Am I Entitled to My Wife's Hidden Bank Accounts in the Divorce?

By Beverly Bird

Dividing property in a divorce comes down to determining what's yours, what belongs to your spouse, and what belongs to both of you. Your entitlement to certain assets can be a lot more complicated than that, however, because the boundaries can overlap and the lines between each category of property often blur.

Separate Vs. Marital Property

A spouse's separate property is generally not up for grabs in a divorce. If your wife had bank accounts before you married and never bothered to tell you about them, you're generally not entitled to a portion, although some exceptions exist. If a relative died and left her cash and she deposited it into an account solely in her name, you most likely do not have a right to a share of that inheritance. The same applies if someone gave her money and it was a gift made solely to her. In some states, if the money is the result of a personal injury lawsuit, this may also be your spouse's separate property. But, if your wife siphoned money from the household budget and channeled those marital funds into a hidden account in her name, some of that money is yours. Most states require that your wife divulge the existence of all accounts, regardless of whether she thinks they're separate or marital property. The court must know about these assets so the judge can ultimately decide who gets what if you can't reach an agreement on your own.

Isolating Marital Portions

If your wife deposited marital money into accounts that are her sole, separate property, this can tangle up what would otherwise be a clear-cut situation. You would have a right to a share of the marital portion, but you or your spouse would have to establish exactly what that portion is. In some states, the spouse who asserts that an asset is separate property has the burden of proving that is the case. In other states, the spouse who alleges that an asset is joint property has the burden of proof. In either case, you may need to hire a forensic accountant to trace the source of the funds in your wife's hidden account to segregate the initial separate property balance.

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Effects on Divorce

If the full balances in the hidden accounts represent marital money, not only are you entitled to a share after you discover the accounts' existence, but the fact that they were hidden might affect the court's determination of property division in your divorce. The repercussions for hiding assets can vary from state to state, but you might be awarded more than a 50 percent share of the money. If your divorce goes to trial, your spouse's attempt at deception might undermine her position in the eyes of the judge. Your spouse might be more willing to negotiate a settlement with you if she knows you will inform the court that she has attempted to hide assets.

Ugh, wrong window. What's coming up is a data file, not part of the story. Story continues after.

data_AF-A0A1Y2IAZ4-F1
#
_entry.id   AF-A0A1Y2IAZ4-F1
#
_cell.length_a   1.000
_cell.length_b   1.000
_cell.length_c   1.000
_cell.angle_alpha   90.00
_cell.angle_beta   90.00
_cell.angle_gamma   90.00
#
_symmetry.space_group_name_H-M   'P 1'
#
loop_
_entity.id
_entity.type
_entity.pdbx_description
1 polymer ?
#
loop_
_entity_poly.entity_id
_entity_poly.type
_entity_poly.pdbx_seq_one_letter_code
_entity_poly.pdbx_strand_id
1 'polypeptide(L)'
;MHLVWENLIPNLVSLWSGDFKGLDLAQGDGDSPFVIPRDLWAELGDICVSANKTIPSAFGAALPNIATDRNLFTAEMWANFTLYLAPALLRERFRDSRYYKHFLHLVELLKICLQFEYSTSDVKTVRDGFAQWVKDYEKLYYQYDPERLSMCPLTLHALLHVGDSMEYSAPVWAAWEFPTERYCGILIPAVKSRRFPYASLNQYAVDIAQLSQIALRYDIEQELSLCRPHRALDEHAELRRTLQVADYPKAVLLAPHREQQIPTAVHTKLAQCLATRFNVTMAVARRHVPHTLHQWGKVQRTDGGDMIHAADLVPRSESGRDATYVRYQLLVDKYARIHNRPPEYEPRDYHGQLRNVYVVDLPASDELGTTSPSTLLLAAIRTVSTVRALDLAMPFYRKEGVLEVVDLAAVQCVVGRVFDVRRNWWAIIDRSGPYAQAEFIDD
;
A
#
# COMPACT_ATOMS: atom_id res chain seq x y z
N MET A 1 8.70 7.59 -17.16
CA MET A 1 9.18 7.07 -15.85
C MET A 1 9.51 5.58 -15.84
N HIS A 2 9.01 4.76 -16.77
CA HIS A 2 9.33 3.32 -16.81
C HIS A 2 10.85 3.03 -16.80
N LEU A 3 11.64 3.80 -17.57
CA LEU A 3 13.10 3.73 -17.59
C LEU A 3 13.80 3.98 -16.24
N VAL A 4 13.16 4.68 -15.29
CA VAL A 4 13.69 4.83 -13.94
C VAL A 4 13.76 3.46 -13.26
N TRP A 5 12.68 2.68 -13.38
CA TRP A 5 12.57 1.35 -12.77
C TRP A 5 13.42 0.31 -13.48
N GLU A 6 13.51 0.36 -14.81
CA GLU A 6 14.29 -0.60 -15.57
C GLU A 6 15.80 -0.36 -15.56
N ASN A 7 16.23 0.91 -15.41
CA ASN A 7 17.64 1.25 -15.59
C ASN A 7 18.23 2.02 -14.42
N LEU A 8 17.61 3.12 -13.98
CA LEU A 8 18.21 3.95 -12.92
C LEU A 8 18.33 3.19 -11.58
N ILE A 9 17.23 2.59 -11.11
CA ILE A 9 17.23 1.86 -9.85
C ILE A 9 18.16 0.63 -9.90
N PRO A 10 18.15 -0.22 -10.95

Other Penalties for Hiding Assets

Your wife might also be ordered to pay your attorney's fees or other costs associated with uncovering the accounts she tried to hide. It's possible that the court might hold her in contempt for her actions, which can result in criminal penalties such as jail time. However, this usually only happens when a spouse conceals considerable assets, such as if the balances of the hidden accounts comprise a significant percentage of your overall marital wealth.

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Can a Wife Take Assets in a Divorce That Were Owned by the Husband Prior to the Marriage in Ohio?


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Assets in Divorces in West Virginia

West Virginia is an equitable distribution state. This means that although the judge will presume that you and your husband's property should be divided exactly in half in your divorce, she can divide the property unequally if it leads to a fair and just result. If you and your husband agree to split your property unequally in a separation agreement or a prenuptial agreement, a West Virginia judge will usually approve the agreement if it appears fair and both spouses made the agreement knowingly and without threats or pressure from the other.

Can She Really Take 1/2 of Everything in a Divorce?

When you divorce, many of your assets must be divided between you and your spouse, but the way these are divided varies between states. Not all assets are subject to division, and assets you had before your marriage usually cannot be split in your divorce. Ultimately, your divorce court will split your assets if you and your spouse cannot reach an agreement.

Can I Keep My Assets Separate From My Wife in a Will?

When you undertake estate planning, you may not want to transfer assets to your wife. The degree to which you may want to deny assets to your wife upon your death may vary. You may only want to keep certain assets from your wife so that your children receive them because those goods mean more to them. On the other hand, you may not want to leave your wife anything at all. If you are married at the time of your death, your wife generally has a right to a portion of your estate. You can leave specific assets to other beneficiaries. The degree to which you can keep your wife from inheriting your assets depends on the state in which you live.

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